How Do Social Security Survivor Benefits Work


Greenbush Financial Group & Money Smart Board


social security,survivor benefit,social security survivor benefit,widow benefit,how much social security does a wife receive,divorce,ex-spouse,earned income penalty,filing strategy,age 60,when can i file,taking the benefit early,delaying the benefit,age 70,financial planning,husband,wife,Michael Ruger,Greenbush Financial Group,Money Smart Board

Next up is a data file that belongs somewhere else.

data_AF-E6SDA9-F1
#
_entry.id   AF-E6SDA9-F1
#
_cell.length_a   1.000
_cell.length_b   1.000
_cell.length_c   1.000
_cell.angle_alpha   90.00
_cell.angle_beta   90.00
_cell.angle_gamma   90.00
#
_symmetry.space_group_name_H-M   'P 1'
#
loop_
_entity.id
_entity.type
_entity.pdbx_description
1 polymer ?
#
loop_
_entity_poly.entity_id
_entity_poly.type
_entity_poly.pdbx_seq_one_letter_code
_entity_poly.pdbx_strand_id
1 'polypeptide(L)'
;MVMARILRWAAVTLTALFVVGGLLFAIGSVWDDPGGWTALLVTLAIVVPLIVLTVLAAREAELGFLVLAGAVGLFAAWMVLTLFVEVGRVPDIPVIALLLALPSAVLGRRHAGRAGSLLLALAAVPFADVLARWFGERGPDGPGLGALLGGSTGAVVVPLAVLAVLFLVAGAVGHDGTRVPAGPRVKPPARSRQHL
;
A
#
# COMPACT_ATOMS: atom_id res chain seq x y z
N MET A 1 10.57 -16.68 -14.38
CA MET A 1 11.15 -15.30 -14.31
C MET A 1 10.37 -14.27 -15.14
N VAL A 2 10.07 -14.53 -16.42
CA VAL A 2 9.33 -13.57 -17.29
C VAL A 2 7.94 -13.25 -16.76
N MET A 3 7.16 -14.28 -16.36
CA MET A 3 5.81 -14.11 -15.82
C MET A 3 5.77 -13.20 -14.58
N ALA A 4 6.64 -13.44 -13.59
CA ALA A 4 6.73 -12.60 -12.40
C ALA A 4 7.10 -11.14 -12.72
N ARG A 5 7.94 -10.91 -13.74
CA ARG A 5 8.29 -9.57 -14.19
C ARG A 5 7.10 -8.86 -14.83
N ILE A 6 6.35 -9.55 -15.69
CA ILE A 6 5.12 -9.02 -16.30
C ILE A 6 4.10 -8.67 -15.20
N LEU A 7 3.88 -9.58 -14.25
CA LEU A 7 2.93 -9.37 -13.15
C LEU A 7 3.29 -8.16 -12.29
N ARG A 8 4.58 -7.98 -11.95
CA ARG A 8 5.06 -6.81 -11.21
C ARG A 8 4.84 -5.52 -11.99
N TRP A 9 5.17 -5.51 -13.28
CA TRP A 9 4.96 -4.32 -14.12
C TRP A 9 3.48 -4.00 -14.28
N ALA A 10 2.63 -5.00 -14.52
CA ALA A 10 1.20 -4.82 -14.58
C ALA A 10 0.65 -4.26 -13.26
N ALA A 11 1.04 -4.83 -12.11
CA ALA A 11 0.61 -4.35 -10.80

[Music] hi I'm Micah Ruger I'm the managing partner greenwash Financial Group today we're going to be going over Social Security survivor benefit for spouses which is a super important topic because for a lot of couples in retirement Social Security is a really big piece of their monthly income and when one spouse passes away potentially losing one of those Social Security checks can put that surviving spouse in a really tough financial situation so today we're going to be going over who's eligible for those survivor benefits as a spouse I'm going to go over how those benefits are calculated so you know it you're going to receive from Social Security after your spouse passes away also we as planners employ advanced strategies for filing for Social Security so the surviving spouses get the most out of the system when we're coordinating both their survivor benefit and their personal benefit so I'm going to share with you some of those strategies also there's always that back and forth over do I get Social Security early do I wait til normal time and age do I delay until late 70 we're gonna go over all those pieces and also for younger spouses that are maybe in their early 60s like we're gonna also talk about the Social Security Earned Income penalty that exists for people that take Social Security prior to normal retirement age and you have to watch out because it could be a penalty waiting for you at the end of the year because you made too much there's also going to be a section on clients that are divorced or individuals that are divorced even though you are no longer their spouse you may still be entitled to a survivor benefit when they pass away and the final piece we'll talk about is for couples that are planning for retirement that have yet not yet filed for Social Security I'm going to tile this into you know how you really preserve these survivor benefits from Social Security for your spouse we'll start off by just going right after the most important question which is when your spouse passes away how will your Social Security benefit change and what is the amount of that Social Security benefit that you will receive going forward now the way Social Security works is when a spouse passes away the surviving spouse just gets the higher of the two benefits you don't get to keep collecting both benefits simultaneously so the best way can do this as an example so let's say we have Jim and Jim's 80 years old and he's married to Sarah Jim's receiving $2,500 per month in Social Security and Sarah is getting 2,000 per month now let's say Jim passes away when Jim passes away since he had the higher benefit Sarah will now start receiving $2,500 per month but then her $2,000 per month benefit stops so she doesn't get to keep collecting both if we switch things around now let's say Sarah passes away before Jim Jim just continues to receive his $2,500 because he was already getting the higher the two and then Sarah just ends but you can see where you are losing income so in either scenario prior to the one spouse passing away they were getting $4,500 per month where as soon as one of the spouse passes that gets to reduce that $2,500 survivor benefit that's available to either one of them so there is one requirement to make you eligible for that spousal benefit through Social Security and that is the marriage had to have lasts for at least nine months leading up to your spouse passing away if the marriage was shorter than that leading up to their date of death you are not eligible to receive the survivor benefit through Social Security so before I get into discussing the advanced strategies that we use for surviving spouses with Social Security I first have to lay some groundwork as far as how Social Security filing works under normal conditions based on your age whether you take it early delay it take it at normal time and age so the way Social Security works is we all have a normal retirement age in the eyes of Social Security and it's really based on your date of birth so here's a chart that kind of shows you the ranges of date of birth and normal time and ages so essentially if you are born 1960 or later your normal terminate for Social Security is 67 if you were born earlier than that then you can kind of see different variations in the chart whether sixty six or sixty six and six months now the important part and the reason why this no retirement age comes into play is when we're talking about your personal Social Security benefit you can elect to take your benefit as early as age 62 however if you take your Social Security benefit prior to your normal terminates the way the formula works is they reduce your Social Security amount that you receive by approximately about 6% per year so if you take it at 62 the way the math works out you only receive about 70 percent of your promised benefit and that's a permanent reduction for the rest of your life vice versa if you decide to delay your Social Security benefit past your normal time and age your benefit actually goes up by 8 percent per year until age 70 and then that's where it caps out so let me tie this in real quick to how we use this information to proactively plan for couples that are approaching retirement that have yet to file for Social Security because this survivor benefit consideration definitely comes into play so it's not uncommon for two spouses to have different Social Security benefits because they have different earnings history and the spouse with the higher earnings history typically we will recommend that they delayed their Social Security benefit as long as possible because we want to make their monthly benefit as large as possible because remember with the survivor benefit you get the higher the to one of them is going to drop off so by having that higher income earning spouse wait till almost like let's say 70 to get the highest benefit they possibly can if that higher income earning spouse passes away first the lower income earning spouse is going to bump up to they're much higher amount and then they lose their benefit but we've created some cushion there and vice versa if that higher income earning spouse lives longer they're going to lose that lower income earning spouses benefit but they're holding on to a higher amount so it's just a way to kind of preserve more retirement assets if we know we have a bigger safety net by creating that larger survivor benefit retirement with surviving spouse benefits you also have the ability to access those Social Security payments as early as age 60 which is different that we talked about before because with your own personal Social Security benefits the earliest you can take it is 62 now similar to taking it early they will reduce that benefit by 6% per year from your normal time and age but just know you can take it slightly earlier and it's based on your spouse's earnings history now here's where the advance filing strategy comes into play and this is where sometimes we will have those surviving spouses turn on that surviving benefit earlier than they normally would mainly because Social Security looks at the surviving spouse benefit and your own benefits separately which means you can turn on your surviving spouse benefit at 62 reduced amount and allow your benefit based on your earnings history to continue to grow even though you're getting Social Security payments as a survivor from the system which means if let's say as a surviving spouse I'm getting $1,000 per month starting at age 60 my personal benefit gets to grow every single year and if I wait until age 70 to turn it on and then it's $2,500 at age 70 I can switch from the survivor benefit over to my higher benefit and then it's that payment going forward even with this strategy you do have to be aware of the Social Security Earned Income penalty so Social Security has a special rule that says if you take Social Security benefits as a survivor or your own benefits prior to no more time and age if you earn over a certain threshold and income during that year they penalize your Social Security benefits which means they take some of that money back and in 2020 that threshold is around $18,000 per year so the way it works is if I'm getting Social Security benefits early and I earn over $18,000 per year they start to take $1 my Social Security benefits for every $2 I earn over that $18,000 threshold so kind of the rule of thumb is in the Social Security world as if I'm planning on continuing to work and I'm going to make income that's substantially larger than $18,000 per year it may not make sense for me to file early in either case because I'm going to get the money from Social Security and then essentially they're just gonna take it back and that Earned Income penalty the good news is once you hit your normal term and age that Earned Income penalty goes away so if my normal retirement age is 67 as soon as I turn 67 what are whether I'm turning on that survivor benefit or my own Social Security benefit I can make as much as I want earned income wise and they're not going to try and pull back some of that benefit I'm receiving from Social Security now I do want to touch on divorced couples because not a lot of divorced couples realize that even though you weren't married at the time your ex spouse passed away you actually may still be entitled to the survivor benefit if you meet certain conditions so those conditions are if the marriage lasted more than ten years and you did not get remarried prior to age 60 when your ex passes away if their Social Security benefit was higher than yours you can actually go into the Social Security office say I want to elect my survivor benefit and you will bump up to that higher amount even if your ex spouse got remarried and was married at the time he passed away you are still entitled to that survivor benefit and his current spouse is also entitled to that survivor benefit but it doesn't reduce either benefit both the current spouse and the ex spouse can both receive a hundred percent of that survivor benefit and there was actually extreme case where a gentleman had been divorced twice both marriages lasted ten years and he actually was remarried to wife number three when he passed away when he passed both ex-spouses and the current spouse were all able to elect the survivor benefit at those hundred percent amounts if you have any questions on the social security topics that we talked about today feel free to reach out to us at money smart board com thank you [Music] you